Visual art inspired by climate change-An analysis of audience reactions to 37 artworks presented during 21st UN climate summit in Paris
Peer reviewed, Journal article
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OriginalversjonPLOS ONE. 2021, 16 (2), . 10.1371/journal.pone.0247331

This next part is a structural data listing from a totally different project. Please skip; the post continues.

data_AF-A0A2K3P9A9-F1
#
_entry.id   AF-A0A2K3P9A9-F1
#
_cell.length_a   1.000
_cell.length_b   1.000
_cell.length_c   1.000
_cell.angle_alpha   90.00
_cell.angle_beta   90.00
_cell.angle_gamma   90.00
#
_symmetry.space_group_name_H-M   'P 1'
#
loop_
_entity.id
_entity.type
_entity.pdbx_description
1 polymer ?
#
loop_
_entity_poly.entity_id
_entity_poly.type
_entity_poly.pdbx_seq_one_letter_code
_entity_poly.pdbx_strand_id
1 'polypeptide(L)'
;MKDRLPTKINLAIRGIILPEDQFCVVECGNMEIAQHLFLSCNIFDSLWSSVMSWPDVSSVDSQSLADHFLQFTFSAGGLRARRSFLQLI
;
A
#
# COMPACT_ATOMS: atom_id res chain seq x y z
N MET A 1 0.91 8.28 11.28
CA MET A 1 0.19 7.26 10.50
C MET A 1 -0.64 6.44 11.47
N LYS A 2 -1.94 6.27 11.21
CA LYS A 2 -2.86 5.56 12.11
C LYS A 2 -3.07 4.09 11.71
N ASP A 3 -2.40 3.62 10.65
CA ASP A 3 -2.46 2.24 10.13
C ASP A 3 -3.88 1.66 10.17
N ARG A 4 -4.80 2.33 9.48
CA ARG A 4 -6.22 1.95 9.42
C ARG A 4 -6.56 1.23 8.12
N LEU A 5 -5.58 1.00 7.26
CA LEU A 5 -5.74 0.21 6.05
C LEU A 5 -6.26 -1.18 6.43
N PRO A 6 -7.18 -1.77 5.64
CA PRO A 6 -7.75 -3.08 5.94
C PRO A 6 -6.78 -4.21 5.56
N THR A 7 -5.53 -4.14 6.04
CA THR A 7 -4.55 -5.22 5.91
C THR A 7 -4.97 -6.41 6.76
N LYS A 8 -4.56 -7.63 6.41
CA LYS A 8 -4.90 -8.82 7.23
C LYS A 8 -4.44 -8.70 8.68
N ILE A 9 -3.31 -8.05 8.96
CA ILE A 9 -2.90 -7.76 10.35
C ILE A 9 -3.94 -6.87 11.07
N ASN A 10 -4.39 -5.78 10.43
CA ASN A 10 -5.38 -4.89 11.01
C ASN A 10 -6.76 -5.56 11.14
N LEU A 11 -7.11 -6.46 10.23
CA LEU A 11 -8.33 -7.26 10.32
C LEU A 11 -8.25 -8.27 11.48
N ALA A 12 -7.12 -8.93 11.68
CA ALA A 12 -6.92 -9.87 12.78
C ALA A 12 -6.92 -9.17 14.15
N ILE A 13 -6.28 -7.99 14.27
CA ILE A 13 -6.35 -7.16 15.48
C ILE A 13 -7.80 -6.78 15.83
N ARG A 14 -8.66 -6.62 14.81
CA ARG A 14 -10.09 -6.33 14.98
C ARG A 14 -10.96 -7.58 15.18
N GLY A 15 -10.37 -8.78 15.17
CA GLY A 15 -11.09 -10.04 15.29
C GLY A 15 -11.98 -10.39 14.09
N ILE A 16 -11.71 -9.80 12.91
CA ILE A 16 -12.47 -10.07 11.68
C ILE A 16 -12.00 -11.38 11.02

This paper suggests and tests a psychological model of environmental art perception and subsequent support for climate change policies. The model is based on findings from art perception and environmental psychology, which indicate that the response of the viewer to the artwork is (1) first an emotional reaction, which can be positive and/or negative. The emotional activation leads to (2) evaluation of the perceived quality of the artwork. This forms the first impression of the artwork the viewer gets, which then triggers (3) reflections on the artwork that are finally related to support for climate policies. The model test uses data collected at the ArtCOP21 that accompanied the 21st UN climate summit in Paris. At 37 connected events, the research team collected 883 audience responses with a brief quantitative paper-pencil questionnaire. The data were analyzed using a multilevel-structural equation modeling approach. Results support the suggested theoretical model. Moreover, the effect of reflections on the artwork on support for climate policies is moderated by environmental attitudes, meaning the lower the environmental attitudes, the higher the effect of reflections on policy support. Finally, artwork features like color, size, displaying something personal, etc., could be identified that had a significant relation to differences on the artwork level regarding the first impression of the artwork and the reflections elicited. The study shows that being confronted with climate change-related artwork relates at least in the short run to increased climate policy support, which is mostly channeled through an emotional activation with following cognitive processing. Features of the artwork relate to how strongly and which emotions are activated.